Alzheimer\'s Disease

by: Michael Sang

Introduction to Alzheimer\'s

Alzheimer\'s disease is a progressive degenerative disease of the brain.
It is first described by the German neuropathologist Alois Alzheimer (1864-1915)
in 1905. This disease worsens with advancing age, although there is no evidence
that it is cause by the aging process.
The average life expectancy of a person with the disease is between five
and ten years, but some patients today can live up to 15 years due to
improvements in care and medical treatments. The cause of Alzheimer\'s has not
been discovered yet and it cannot be possible to confirm a person has
Alzheimer\'s until their autopsy following death.

How does Alzheimer\'s develop

What causes Alzheimer\'s? Well no one know exactly the development of
this debilitating disease. But recent advances has produced several clues as to
how it is born. Initially when we study the brain of a Alzheimer\'s victim, we
focus on two specific areas. One is the cortex of the frontal and cerebral
lobes1. The second is the hippocampus (meaning seahorses in Greek which it
resembles2) which is located below the cerebral cortex and responsible for
short-term memory. If we study samples of these two section, we would find three
irregularities which are not found in normal brain matter. These three are
called neurofibrillary tangles, neuritic plagues and granulovacuolar
degeneration3.
A nerve cell has numerous axons and dendrites coming out of it. A
neurofibrillary tangle is when the neuron changes. A number of dendrites are
missing and the nucleus is filled with protein filaments resembling steel wool.
Although all elderly people has a few of these helix shaped bundles in
their brain for they are normal indicators of aging, Alzheimer\'s patients has
more than usual. Their presence usually in the frontal and temporal lobes is a
indication of AD.
Senile neuritic plagues are small round objects. They are masses of
amyloid protein material composed of residue left over from healthy nerve
endings that were broken off and decayed. Their presence near the cell further
indicates something gone wrong. Neuritic plaques is the best evidence for
diagnostics to make the determination of AD.
A third sign of neuron deterioration is granulovacuolar degeneration.
This is when fluid-filled vacuoles are seen crowding inside the nerve cell,
specifically in the triangular shaped cells of the hippocampus. This condition
can only be observed in carefully sliced, stain and analyzed brain tissue.
The cell having lost all it\'s dendrites and nucleus soon disintegrates
entirely, vanishing into the body\'s waste disposal system. With the depletion of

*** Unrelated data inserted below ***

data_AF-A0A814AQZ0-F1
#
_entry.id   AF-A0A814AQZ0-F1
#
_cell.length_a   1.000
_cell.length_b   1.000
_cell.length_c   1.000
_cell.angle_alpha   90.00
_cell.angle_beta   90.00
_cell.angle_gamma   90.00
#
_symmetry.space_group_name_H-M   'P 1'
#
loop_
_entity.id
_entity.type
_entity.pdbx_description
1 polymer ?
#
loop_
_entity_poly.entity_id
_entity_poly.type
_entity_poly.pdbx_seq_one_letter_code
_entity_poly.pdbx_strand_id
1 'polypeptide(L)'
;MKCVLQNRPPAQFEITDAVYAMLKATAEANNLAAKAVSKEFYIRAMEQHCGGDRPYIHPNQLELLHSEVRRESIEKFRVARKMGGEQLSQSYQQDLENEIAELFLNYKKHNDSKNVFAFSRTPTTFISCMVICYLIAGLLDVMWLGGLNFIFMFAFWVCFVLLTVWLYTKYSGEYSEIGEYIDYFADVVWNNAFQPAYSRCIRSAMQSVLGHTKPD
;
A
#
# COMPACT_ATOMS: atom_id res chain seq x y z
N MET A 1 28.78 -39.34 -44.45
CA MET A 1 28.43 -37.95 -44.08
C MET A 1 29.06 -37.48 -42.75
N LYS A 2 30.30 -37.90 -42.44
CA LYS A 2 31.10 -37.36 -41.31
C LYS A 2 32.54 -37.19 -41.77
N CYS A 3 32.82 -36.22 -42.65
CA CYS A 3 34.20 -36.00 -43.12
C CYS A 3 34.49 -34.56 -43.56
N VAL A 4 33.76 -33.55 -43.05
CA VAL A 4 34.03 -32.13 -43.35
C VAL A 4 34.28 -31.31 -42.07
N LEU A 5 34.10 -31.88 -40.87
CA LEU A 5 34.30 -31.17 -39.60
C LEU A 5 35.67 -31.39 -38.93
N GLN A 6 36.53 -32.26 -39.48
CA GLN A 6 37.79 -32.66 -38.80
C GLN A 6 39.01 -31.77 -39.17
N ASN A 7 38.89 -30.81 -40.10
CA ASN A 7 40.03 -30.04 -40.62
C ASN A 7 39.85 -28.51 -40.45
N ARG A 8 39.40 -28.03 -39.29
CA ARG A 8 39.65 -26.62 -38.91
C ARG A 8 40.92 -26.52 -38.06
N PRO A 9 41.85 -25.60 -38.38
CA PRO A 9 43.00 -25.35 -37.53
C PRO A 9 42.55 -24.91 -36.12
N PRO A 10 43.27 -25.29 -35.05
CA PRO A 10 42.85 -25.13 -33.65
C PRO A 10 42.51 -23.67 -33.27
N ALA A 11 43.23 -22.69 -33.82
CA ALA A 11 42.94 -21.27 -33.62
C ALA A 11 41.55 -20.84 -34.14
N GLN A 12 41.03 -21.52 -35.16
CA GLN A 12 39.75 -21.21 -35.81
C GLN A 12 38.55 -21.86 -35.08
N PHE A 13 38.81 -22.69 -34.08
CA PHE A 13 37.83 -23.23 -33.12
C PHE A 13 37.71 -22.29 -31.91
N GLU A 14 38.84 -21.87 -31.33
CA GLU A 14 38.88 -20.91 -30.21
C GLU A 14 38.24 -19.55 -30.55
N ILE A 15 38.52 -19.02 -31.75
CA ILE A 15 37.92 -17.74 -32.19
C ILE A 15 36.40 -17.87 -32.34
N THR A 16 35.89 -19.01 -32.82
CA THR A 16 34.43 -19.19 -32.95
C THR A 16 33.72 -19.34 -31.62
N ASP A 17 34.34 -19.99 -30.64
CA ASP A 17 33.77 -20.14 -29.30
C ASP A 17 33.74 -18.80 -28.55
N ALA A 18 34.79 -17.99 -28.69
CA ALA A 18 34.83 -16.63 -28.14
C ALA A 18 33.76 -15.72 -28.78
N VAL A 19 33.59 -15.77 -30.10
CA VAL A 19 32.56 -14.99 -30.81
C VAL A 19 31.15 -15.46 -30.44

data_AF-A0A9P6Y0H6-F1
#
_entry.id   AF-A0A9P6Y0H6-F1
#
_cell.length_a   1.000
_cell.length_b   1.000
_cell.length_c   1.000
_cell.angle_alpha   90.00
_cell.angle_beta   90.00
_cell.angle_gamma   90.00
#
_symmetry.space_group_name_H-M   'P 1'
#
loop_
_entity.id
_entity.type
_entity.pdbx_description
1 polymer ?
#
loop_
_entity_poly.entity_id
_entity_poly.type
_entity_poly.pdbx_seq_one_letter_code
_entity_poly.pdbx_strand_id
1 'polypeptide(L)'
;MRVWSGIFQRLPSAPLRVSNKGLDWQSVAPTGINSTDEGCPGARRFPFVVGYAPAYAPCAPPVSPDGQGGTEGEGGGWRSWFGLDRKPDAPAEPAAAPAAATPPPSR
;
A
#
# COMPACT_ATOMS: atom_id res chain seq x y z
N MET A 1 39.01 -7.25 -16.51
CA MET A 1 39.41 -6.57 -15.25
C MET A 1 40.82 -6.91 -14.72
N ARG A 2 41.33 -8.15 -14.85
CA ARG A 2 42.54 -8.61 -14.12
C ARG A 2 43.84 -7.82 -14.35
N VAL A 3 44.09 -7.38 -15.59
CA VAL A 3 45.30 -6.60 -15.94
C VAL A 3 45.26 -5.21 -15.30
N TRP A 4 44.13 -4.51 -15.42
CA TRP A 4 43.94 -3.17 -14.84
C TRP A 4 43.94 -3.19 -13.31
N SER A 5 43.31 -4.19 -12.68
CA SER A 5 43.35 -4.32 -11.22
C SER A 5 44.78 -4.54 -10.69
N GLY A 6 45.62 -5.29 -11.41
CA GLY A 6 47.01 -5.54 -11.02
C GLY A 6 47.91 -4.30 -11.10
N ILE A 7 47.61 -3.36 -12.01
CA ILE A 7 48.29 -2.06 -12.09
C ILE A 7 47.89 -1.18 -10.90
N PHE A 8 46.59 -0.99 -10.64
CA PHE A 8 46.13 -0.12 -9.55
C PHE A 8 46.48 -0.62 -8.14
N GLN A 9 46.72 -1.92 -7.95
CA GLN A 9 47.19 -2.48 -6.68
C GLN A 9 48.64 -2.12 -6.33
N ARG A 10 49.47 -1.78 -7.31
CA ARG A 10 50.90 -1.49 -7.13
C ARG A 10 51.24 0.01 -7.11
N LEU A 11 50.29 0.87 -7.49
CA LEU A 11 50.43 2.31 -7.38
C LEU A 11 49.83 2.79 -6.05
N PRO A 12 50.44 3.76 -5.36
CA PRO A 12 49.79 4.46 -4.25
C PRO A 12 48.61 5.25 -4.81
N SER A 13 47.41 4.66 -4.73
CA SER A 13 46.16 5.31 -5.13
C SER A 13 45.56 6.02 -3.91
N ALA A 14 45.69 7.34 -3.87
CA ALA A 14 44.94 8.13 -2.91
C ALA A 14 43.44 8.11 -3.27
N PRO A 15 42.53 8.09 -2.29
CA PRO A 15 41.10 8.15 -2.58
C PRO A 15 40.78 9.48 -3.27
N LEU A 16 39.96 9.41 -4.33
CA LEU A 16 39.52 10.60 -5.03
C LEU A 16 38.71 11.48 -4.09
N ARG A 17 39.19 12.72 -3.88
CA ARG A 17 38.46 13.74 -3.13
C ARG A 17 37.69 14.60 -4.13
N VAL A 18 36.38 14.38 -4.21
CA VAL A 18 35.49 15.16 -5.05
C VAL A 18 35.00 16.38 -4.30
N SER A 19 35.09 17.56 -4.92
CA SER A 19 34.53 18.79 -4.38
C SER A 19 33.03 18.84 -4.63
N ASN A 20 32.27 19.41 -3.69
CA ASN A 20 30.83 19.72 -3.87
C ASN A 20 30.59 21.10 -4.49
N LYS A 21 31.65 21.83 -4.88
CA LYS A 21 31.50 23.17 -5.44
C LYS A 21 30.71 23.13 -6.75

enough nerve material the brain actually shrinks, sometimes by as much as ten
percent5. The more cells the AD sufferer loses, the more mental functions he
loses. Soon the person will have limited motor skills. People who were once
witty and quick on their feet were reduced to the mental status of small
children.

Diagnosis of Alzheimer\'s

How would you now if a person you knew has Alzheimer\'s? There are
certain telltale signs that point to it. There was one patient6 that was
convinced she was suffering from AD. As proof of her condition, she bought the a
meeting several recent newspaper clippings, which she began to quote from memory.
Obviously this person did not have the disease, she wouldn\'t have memorized
complex and lengthy information. But forgetting on a regular basis doesn\'t
indicate Alzheimer\'s either.

Stages of AD

In the initial stage, there is no clear evidence of memory trouble and
deterioration in brain functions. The individual performs well on exams that
test mental abilities (psychometric tests7) similar to those given to measure IQ.

In the second stage, the patient shows very mild memory problems with
difficulty in remembering names of friends. The changes at this point is still
very small. Occasionally, the patient might make a surprising statement such as
inquiring about the health of a friend who everyone knows, died years ago. Only
extensive psychometric testing can determine if the person\'s mental ability
changed. A close family member like a husband or wife might suspect something is
wrong.
By the third stage, there is definite evidence of memory loss, which
might interfere with job performance, The person might have difficulty competing
a job that use to be routine. The person may avoid social situations because he
or she realizes there\'s a problem
In stage four there is clinical evidence of memory impairment when the
mental status is tested by doctors. The disease has now become obvious to the
family. A sign of this stage is when the patient keeps asking the same question
which has already been answered, this make daily companionship difficult because
his friends and family are frustrated.
By stage 5, the patient show problems with both